HFT – Kingsley 13/08/17

I’ve been waiting to write an HFT post for a few weeks now but I keep forgetting to take my camera to get some good photo’s. Luckily I’ve been given some I can use.

This is the club where I first tried an actual HFT competition, and I’ve been back 3 times since. This is a brief look at the club, and how my last comp went.

Turning up
Once you are near the club (see directions at the end of this post), you will see cars lined up down the side of the road. The course runs parallel to the road in the trees. Wander down to the end of the road and you will see the entrance/people milling around. At this end of the course there is the lean to for signing/tea and coffee, and a zero range. Peg #1 is also right here.

For your first visit I would recommend heading straight for the lean to and getting signed in. You will probably speak to Ian or Neil, and just let them know it is your first time. If you have shot HFT before, they will just check you have a shooting partner. If you are completely new to the sport, they will pair you up with someone experienced who can explain the rules and go round the course with you. 

Before you start
Make sure you take the time to check your zero! I didn’t do this the first time and my first few targets where all over the place. The range has paper targets out at all the usual distances and there is room for 4 people at a time.

There will be a 5 minute warning for the safety briefing which you need to attend before the shooting starts. If you’ve read my post on safety (See here) it will sound familiar. Once the briefing is done, all the groups spread out up the course (start wherever you can find a free peg). Then wait for 2 whistles to start. Simple.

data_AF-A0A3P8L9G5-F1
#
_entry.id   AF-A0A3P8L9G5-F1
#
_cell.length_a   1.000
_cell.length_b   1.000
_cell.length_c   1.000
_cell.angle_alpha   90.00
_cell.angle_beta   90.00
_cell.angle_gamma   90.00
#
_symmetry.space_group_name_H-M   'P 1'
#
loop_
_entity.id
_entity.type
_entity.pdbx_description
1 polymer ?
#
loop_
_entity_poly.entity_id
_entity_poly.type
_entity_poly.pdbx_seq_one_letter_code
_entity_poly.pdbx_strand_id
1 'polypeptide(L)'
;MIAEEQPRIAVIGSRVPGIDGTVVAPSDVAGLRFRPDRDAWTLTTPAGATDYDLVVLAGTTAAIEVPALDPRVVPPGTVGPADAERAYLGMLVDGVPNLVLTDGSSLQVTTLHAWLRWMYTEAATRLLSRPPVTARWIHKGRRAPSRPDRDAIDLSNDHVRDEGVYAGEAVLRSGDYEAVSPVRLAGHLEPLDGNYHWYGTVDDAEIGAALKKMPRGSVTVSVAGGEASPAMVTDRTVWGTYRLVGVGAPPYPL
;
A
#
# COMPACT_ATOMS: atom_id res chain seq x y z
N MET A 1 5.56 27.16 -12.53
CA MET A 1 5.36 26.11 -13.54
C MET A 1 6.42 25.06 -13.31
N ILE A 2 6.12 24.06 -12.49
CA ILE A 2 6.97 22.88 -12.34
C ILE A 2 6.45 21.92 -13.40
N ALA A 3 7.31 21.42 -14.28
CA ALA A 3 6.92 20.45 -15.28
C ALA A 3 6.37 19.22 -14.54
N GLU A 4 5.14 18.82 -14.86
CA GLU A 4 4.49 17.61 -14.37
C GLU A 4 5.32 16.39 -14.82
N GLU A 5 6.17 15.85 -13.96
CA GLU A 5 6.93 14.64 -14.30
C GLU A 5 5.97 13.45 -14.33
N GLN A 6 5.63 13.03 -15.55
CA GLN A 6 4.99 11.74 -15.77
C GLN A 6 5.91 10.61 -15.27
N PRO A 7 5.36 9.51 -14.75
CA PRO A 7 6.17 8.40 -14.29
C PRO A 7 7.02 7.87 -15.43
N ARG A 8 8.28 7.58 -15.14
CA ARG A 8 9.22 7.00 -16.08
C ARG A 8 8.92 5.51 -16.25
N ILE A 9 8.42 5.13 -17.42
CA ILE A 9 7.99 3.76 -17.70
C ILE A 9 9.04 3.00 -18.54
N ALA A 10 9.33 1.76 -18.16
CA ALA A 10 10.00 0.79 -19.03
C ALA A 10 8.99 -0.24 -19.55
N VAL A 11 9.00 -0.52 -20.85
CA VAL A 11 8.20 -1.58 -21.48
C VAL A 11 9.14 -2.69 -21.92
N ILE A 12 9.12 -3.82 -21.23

Shooting the course
A.K.A the fun bit! Each time out it’s a 30 target course to UKAHFT rules. The course layout is always different and for me is a good mix of challenging targets and some easier ones to help get your eye in. I’m not sure how often the course gets cleared but I’ve seen some 59’s….
For me its great practice. It’s casual enough to be fun for beginners, but still gives a sense of what competition shooting is like.

Empty course in the morning

For the beginners, expect it to take a little over 3 hours to get round. This might sound like a lot, but it goes very quickly! 

My last attempt

My previous three visits I had been quite consistent with my scoring. I was hoping to improve on that this weekend (13th August):

  • 11th June = 41/60
  • 9th July = 40/60
  • 30th July = 42/60